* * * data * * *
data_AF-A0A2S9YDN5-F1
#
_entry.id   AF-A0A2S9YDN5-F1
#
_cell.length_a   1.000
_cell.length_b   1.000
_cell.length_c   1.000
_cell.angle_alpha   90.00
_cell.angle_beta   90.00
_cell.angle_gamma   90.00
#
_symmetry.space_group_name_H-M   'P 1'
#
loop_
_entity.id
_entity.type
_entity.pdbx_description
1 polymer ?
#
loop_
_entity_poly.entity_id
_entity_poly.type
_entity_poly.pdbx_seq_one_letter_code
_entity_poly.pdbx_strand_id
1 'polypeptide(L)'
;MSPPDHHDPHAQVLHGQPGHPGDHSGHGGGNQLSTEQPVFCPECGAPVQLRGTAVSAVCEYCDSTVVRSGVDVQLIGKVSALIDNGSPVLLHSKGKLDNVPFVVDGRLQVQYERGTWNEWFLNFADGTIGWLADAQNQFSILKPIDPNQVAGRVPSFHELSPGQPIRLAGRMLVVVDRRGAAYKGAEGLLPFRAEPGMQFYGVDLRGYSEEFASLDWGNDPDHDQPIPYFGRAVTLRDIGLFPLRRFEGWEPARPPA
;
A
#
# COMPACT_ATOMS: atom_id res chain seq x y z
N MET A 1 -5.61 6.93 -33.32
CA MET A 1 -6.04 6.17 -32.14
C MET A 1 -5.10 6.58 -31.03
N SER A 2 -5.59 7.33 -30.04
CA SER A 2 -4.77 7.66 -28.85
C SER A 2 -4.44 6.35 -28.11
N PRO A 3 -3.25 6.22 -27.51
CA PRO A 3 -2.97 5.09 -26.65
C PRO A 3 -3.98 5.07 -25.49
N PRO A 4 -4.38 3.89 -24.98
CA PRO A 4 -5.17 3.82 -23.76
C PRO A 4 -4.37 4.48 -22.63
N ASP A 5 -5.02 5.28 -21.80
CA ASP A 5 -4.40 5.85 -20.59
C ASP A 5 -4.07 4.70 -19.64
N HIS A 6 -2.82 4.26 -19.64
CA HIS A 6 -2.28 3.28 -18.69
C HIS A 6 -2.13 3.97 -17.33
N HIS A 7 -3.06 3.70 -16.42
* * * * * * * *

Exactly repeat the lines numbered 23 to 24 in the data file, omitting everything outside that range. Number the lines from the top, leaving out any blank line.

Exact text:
_entity_poly.pdbx_seq_one_letter_code
_entity_poly.pdbx_strand_id